A Glimpse of History: Working for the House Majority Whip in the Early Days of the 111th Congress

PSC 49 V2 CoverThe latest virtual issue of PS features articles written by alumni of the Congressional Fellowship Program (CFP) from 2010 to 2015. The CFP fellows serve yearlong placements in congressional and executive offices, and they chronicle their firsthand experiences in the pages of PS. Enjoy the full virtual issue here.

A Glimpse of History: Working for the House Majority Whip in the Early Days of the 111th Congress

Bryan MarshallBryan W. MarshallMiami University

“The rapidity, duration, and intensity of it all caught me by surprise. Nearly at a full run, I dashed through a corridor and down a winding staircase to my first morning meeting. I took a place along a wall with a few other staff, but my eyes were fixed upon the principals. Gathered around a vast table were the chairs, the majority leader, and my boss—the house majority whip. The discourse was mostly heavy—President Obama’s historic election, the burden of leadership, and the daunting task to balance politics and policy in order to deliver on the promises and hopes of the people who sent them. The immediate business was expanding children’s health insurance and a stimulus package to turn around an economy teetering on the brink. The majority leader was resolute. Congress would need to deliver bold actions in order to overcome the deep anxiety of the times and to build confidence for the long struggle ahead. The whip was equally resolute as he summoned back hard lessons from lost eras—Roosevelt’s New Deal and Truman’s Fair Deal. Congress could not allow mistakes of the past to be repeated. With a clear appreciation of history, the whip made the case for a 21st Century New Deal that ensured the poor and most vulnerable would not be left behind. No sooner did I try to reflect upon this special moment and it was time to rush off once again.” Read More.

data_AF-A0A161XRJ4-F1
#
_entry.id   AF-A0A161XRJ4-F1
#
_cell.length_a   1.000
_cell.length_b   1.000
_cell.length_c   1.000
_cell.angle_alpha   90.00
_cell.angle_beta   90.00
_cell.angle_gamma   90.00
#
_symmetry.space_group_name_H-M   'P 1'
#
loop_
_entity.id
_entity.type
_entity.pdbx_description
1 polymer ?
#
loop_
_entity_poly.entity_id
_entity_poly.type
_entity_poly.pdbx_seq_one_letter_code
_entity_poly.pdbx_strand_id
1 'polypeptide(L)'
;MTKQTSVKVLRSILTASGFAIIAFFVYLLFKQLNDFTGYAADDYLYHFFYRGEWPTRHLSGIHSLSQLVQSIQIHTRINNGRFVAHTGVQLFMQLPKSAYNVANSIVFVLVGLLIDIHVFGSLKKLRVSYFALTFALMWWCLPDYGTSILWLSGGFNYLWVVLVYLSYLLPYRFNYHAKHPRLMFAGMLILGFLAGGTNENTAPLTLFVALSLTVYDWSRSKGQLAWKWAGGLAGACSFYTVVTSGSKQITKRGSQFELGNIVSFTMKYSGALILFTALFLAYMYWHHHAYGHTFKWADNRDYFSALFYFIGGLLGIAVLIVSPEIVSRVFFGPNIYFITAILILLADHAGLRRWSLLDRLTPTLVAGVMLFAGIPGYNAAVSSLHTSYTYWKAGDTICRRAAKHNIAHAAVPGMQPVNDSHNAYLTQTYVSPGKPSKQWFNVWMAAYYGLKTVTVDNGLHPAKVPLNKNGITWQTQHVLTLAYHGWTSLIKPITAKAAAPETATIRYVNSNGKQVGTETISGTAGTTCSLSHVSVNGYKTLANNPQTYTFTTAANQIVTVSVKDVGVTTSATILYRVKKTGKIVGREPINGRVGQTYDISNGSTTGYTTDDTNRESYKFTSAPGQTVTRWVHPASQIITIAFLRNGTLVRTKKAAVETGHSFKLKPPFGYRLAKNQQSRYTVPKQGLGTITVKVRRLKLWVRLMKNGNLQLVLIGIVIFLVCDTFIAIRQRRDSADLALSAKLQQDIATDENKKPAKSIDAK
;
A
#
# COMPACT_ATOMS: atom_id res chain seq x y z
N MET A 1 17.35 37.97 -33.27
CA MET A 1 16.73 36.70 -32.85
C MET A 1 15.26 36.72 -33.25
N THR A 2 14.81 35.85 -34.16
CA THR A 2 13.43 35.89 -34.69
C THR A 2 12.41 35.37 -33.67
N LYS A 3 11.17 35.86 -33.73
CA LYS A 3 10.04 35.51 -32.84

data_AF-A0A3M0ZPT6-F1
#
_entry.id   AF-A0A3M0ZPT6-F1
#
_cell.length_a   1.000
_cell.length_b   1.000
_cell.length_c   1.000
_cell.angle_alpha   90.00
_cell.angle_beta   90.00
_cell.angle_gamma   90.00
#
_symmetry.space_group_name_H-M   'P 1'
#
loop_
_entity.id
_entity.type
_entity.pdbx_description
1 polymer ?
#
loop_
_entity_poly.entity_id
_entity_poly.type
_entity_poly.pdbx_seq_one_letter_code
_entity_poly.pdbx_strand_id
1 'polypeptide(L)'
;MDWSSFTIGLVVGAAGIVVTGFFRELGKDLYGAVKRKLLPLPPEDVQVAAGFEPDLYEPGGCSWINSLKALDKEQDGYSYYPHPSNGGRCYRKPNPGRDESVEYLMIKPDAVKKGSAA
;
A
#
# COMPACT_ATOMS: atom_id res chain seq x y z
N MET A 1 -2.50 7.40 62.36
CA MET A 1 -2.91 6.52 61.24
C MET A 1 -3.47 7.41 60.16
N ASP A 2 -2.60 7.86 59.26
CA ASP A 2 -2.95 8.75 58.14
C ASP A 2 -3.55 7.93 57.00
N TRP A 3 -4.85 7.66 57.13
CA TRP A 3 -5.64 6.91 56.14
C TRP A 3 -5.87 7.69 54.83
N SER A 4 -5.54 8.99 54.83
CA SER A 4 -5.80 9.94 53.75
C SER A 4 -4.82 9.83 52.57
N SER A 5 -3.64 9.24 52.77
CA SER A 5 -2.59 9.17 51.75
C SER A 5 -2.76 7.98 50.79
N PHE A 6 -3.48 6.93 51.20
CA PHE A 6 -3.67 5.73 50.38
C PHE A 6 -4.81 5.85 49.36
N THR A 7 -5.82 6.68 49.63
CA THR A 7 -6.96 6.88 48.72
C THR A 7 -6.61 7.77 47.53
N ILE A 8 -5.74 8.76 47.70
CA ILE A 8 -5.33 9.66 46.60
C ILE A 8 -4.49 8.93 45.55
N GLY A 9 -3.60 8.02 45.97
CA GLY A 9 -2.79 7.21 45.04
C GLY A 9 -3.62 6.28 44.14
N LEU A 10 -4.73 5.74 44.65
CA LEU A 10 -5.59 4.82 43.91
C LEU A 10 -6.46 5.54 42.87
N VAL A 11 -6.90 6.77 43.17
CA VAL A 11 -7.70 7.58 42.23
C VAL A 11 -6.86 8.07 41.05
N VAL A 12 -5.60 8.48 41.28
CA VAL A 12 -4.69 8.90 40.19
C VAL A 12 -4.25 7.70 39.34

Bryan W. Marshall is professor and Assistant Chair of the Department of Political Science at Miami University. His teaching and research focuses in the areas of Congress, congressional-executive relations, and quantitative methods.  Marshall’s recent articles appear in Social Science Quarterly, Legislative Studies Quarterly, Presidential Studies Quarterly, Journal of Theoretical Politics, American Politics Research, and Conflict Management and Peace Science.

PS: Political Science & Politics / Volume 43 / Issue 01 / January 2010, pp 183-186